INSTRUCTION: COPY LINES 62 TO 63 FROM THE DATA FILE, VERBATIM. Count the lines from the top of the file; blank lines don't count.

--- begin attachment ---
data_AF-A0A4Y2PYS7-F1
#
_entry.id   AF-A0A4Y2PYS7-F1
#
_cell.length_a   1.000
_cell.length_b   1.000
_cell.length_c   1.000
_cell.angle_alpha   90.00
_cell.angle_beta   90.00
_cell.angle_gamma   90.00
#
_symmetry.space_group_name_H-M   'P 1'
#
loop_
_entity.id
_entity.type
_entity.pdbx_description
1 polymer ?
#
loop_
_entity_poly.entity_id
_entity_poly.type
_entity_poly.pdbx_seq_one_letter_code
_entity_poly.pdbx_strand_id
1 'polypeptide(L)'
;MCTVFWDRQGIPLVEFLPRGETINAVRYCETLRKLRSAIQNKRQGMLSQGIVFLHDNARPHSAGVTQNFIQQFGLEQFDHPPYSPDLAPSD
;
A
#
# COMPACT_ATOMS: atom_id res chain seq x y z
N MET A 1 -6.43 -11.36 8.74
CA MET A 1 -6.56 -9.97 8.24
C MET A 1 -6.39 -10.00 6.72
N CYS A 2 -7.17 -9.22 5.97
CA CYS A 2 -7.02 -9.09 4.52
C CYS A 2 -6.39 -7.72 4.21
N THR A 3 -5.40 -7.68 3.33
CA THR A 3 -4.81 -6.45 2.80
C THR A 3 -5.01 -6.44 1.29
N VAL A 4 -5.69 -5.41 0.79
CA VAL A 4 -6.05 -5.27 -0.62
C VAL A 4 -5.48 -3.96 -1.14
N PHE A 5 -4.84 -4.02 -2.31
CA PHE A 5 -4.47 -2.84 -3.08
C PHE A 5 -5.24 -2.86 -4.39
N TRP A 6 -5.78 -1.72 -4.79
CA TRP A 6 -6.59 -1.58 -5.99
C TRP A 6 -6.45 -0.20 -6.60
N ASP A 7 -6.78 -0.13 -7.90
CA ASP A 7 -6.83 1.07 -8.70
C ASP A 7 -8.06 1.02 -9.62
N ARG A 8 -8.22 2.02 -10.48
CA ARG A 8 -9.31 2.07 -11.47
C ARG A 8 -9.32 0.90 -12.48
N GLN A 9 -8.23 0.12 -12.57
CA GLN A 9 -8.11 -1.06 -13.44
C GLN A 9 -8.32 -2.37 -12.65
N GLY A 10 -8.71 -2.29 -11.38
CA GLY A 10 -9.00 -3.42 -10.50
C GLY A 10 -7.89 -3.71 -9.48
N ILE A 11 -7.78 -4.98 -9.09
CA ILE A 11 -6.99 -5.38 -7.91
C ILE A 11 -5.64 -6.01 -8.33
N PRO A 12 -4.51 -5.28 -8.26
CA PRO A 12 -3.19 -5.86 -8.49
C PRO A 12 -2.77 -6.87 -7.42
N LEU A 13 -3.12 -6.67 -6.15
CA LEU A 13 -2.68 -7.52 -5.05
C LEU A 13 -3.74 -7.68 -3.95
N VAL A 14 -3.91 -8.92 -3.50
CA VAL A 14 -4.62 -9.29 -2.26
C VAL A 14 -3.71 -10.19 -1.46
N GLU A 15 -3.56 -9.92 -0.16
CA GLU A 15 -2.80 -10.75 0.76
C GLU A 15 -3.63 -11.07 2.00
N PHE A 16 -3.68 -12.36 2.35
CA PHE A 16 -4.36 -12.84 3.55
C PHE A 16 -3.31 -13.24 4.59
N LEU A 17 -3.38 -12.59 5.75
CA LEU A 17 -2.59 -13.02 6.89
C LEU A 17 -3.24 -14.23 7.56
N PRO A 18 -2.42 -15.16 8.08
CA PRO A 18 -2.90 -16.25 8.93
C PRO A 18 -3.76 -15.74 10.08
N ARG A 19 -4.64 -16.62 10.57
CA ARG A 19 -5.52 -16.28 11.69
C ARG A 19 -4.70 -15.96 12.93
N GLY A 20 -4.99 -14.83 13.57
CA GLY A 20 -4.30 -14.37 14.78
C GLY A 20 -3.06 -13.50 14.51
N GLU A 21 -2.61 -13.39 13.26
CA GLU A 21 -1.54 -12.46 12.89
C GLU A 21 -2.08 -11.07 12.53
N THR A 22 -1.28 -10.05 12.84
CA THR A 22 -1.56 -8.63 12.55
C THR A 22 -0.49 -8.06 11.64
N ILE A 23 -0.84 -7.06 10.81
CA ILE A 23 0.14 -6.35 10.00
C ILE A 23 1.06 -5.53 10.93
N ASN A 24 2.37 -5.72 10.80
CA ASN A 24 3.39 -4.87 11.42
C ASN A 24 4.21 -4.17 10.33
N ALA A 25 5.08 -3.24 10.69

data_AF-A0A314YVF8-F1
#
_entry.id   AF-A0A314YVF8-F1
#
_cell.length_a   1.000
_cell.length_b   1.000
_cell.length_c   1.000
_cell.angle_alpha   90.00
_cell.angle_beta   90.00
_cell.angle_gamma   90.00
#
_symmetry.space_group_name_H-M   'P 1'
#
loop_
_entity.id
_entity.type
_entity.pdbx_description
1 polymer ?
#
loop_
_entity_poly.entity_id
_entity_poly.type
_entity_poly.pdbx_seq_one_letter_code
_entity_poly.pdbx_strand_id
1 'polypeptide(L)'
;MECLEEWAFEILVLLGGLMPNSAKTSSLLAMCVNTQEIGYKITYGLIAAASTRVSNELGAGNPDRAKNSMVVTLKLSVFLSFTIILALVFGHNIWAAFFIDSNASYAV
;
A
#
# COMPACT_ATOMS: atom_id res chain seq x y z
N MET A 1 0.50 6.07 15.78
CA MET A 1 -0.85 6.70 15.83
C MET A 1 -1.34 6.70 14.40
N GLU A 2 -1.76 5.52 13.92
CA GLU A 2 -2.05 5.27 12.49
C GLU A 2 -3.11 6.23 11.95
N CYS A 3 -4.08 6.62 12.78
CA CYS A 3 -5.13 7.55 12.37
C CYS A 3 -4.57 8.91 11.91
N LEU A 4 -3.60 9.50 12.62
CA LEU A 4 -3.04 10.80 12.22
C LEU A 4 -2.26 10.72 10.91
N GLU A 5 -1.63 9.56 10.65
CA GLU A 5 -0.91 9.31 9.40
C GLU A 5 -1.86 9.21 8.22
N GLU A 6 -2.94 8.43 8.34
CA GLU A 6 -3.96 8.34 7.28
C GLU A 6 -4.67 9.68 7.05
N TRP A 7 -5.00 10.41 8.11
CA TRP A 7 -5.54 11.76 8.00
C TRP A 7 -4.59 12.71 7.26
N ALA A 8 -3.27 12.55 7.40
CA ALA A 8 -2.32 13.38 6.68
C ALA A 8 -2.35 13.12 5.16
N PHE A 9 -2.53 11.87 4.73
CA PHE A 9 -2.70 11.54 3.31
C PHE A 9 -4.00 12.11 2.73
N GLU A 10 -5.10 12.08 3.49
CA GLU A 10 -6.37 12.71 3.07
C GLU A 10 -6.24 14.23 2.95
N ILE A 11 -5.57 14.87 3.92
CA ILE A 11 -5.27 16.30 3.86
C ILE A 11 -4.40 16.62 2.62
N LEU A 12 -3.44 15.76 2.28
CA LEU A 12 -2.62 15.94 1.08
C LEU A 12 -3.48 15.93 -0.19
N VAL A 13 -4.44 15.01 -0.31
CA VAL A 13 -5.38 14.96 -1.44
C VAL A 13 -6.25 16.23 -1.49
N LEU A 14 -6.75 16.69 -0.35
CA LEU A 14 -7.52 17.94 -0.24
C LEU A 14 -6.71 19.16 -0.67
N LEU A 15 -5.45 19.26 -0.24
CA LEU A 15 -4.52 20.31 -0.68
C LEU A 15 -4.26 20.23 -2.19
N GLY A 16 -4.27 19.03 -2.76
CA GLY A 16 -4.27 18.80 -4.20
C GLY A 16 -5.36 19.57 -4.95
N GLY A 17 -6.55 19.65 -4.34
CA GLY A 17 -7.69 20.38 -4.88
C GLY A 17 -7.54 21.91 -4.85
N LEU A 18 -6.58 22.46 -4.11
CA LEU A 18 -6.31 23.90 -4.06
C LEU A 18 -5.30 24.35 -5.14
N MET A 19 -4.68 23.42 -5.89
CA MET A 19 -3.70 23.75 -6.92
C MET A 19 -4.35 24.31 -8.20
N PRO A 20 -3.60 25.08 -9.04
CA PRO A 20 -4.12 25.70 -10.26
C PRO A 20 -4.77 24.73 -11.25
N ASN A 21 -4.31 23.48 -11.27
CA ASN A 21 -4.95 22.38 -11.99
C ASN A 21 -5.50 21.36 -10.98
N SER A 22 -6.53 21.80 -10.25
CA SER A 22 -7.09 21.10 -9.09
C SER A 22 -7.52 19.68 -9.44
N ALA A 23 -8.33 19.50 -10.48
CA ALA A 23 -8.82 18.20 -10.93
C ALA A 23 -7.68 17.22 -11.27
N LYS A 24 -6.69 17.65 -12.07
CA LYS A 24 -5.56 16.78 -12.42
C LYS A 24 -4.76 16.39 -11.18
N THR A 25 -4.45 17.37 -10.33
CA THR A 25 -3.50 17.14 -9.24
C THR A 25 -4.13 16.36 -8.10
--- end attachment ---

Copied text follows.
CA ILE A 11 -6.99 -5.38 -7.91
C ILE A 11 -5.64 -6.01 -8.33